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This article is written by a student writer from the Her Campus at Wisconsin chapter.

We need to acknowledge the superiority of Twitter

You may know me as Grace Winokur, a random student at the University of Wisconsin, or most importantly, Twitter user @womenifesto. 

My life was forever changed when I released my first-ever tweet on November 5th, 2020. In the midst of the contentious 2020 election, I bravely informed all nine of my Twitter followers that, “Las Vegas is taking this ‘what happens in Vegas stays in Vegas’ energy a little too seriously.” This groundbreaking tweet received two likes, which went straight to my head. In the following months, I tweeted each and every interesting thought I had. This strategy cultivated quite a following, 66 beloved followers to be exact. Beyond posting my top-notch thoughts, I loved scrolling through and reposting what some of my favorite celebrities and politicians were commenting on. What I love most about Twitter, and why I instantly fell in love with the platform in the first place, is its emphasis on writing and users’ voices. 

Like many teenage girls, I have a rocky relationship with social media. Although I use a variety of social media platforms, I find that spending time on these platforms makes me feel worse about myself, and particularly my body. However, I didn’t feel the same overwhelming focus on appearance when using Twitter, which is why I was instantly drawn to the platform. Unlike other social media platforms, which center around a user’s chosen image, Twitter gives more space to a user’s chosen text. Compared to Instagram, which requires users to post photos, Twitter only requires text and leaves images as an optional afterthought. This emphasizes an individual’s voice over their appearance.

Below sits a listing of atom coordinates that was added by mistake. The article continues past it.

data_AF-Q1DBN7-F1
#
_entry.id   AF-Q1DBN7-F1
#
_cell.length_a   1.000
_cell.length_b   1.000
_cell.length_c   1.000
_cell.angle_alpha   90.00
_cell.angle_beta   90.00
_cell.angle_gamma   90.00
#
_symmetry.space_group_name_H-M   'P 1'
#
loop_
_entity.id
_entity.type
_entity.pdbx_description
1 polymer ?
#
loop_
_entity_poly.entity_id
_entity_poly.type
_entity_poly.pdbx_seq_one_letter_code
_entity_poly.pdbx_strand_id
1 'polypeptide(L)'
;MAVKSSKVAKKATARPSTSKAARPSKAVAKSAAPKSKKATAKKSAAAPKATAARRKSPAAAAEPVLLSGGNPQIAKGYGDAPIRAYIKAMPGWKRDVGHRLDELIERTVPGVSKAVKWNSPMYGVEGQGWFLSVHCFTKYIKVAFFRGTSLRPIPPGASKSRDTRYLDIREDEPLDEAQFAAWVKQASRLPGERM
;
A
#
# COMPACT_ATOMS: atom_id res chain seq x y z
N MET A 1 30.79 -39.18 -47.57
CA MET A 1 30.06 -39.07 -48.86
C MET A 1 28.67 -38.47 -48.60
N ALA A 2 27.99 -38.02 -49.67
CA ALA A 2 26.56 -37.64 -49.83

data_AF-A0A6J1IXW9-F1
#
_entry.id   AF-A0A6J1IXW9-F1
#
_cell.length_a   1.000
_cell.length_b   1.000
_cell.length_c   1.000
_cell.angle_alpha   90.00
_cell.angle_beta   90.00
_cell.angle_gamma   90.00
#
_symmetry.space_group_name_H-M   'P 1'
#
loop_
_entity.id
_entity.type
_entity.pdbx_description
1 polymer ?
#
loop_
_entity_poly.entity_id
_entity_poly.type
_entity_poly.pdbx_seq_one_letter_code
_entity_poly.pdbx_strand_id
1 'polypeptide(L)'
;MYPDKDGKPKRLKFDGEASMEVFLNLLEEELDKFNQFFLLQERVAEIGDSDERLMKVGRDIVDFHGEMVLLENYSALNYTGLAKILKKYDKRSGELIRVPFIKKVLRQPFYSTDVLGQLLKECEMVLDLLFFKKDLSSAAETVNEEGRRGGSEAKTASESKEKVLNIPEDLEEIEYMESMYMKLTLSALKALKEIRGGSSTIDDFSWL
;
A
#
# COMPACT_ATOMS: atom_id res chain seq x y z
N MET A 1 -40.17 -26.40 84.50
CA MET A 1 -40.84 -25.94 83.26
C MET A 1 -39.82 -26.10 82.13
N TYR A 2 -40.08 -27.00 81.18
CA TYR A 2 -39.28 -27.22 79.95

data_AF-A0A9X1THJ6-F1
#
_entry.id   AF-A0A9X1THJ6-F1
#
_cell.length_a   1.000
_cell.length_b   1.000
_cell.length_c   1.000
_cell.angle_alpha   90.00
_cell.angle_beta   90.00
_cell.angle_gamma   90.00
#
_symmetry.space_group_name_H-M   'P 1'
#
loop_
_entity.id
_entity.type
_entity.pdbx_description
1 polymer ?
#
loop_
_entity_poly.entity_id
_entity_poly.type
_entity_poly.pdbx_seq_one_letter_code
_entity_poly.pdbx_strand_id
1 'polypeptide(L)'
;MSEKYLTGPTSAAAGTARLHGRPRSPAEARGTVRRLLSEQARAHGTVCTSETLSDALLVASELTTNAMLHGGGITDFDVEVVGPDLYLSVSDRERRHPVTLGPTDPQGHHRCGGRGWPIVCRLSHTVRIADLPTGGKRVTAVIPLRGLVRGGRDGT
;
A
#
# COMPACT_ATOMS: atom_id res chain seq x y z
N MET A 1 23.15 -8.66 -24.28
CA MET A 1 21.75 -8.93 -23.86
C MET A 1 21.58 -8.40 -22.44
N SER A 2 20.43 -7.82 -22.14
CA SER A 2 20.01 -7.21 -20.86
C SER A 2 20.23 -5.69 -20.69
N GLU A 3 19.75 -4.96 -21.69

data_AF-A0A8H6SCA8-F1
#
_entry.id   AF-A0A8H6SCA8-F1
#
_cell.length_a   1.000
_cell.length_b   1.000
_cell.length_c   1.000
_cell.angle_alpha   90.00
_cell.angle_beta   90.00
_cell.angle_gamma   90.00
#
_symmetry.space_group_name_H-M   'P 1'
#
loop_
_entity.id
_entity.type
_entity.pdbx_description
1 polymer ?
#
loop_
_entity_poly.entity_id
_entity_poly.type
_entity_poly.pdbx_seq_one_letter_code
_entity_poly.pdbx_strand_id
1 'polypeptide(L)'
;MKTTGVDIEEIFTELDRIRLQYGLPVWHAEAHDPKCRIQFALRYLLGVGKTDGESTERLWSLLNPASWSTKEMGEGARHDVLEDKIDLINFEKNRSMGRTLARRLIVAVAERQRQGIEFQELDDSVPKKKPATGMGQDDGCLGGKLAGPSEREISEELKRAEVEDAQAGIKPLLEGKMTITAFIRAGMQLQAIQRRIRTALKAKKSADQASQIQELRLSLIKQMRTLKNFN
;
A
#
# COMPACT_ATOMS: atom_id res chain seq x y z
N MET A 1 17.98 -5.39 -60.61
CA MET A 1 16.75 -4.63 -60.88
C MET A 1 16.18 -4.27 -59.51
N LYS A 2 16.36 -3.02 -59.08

This distinction helped me utilize my voice on Twitter’s platform. I’ve always loved writing, and on Twitter, I could authentically express my ideas and my voice as a writer. Even as stupid as my tweets were and continue to be, it feels genuine. I don’t try too hard on Twitter, which is apparent in the ample spelling mistakes I make in every post. I also don’t obsess over the number of followers or likes I have. 

I know that my experience on Twitter isn’t universal and that it can still be a problematic platform. However, I do find the emphasis on an individual’s words over their appearance refreshing. Personally, this helps me be more authentic in what I share on Twitter compared to other platforms. My posts center around my words, so I share more of what I’m proud of. I come up with clever ways of saying my opinions and sharing my thoughts on topics I feel are important. The character limit of 140 words makes me think about how to express my thoughts in the best way possible, helping me grow as a writer. 

Although Twitter can be extremely controversial at times, it creates a unique space for individuals to express themselves through their own voices, which is why I’ll always love Twitter. 

Grace Winokur

Wisconsin '26

University of Wisconsin 2026, communication arts major and self-proclaimed coffee snob.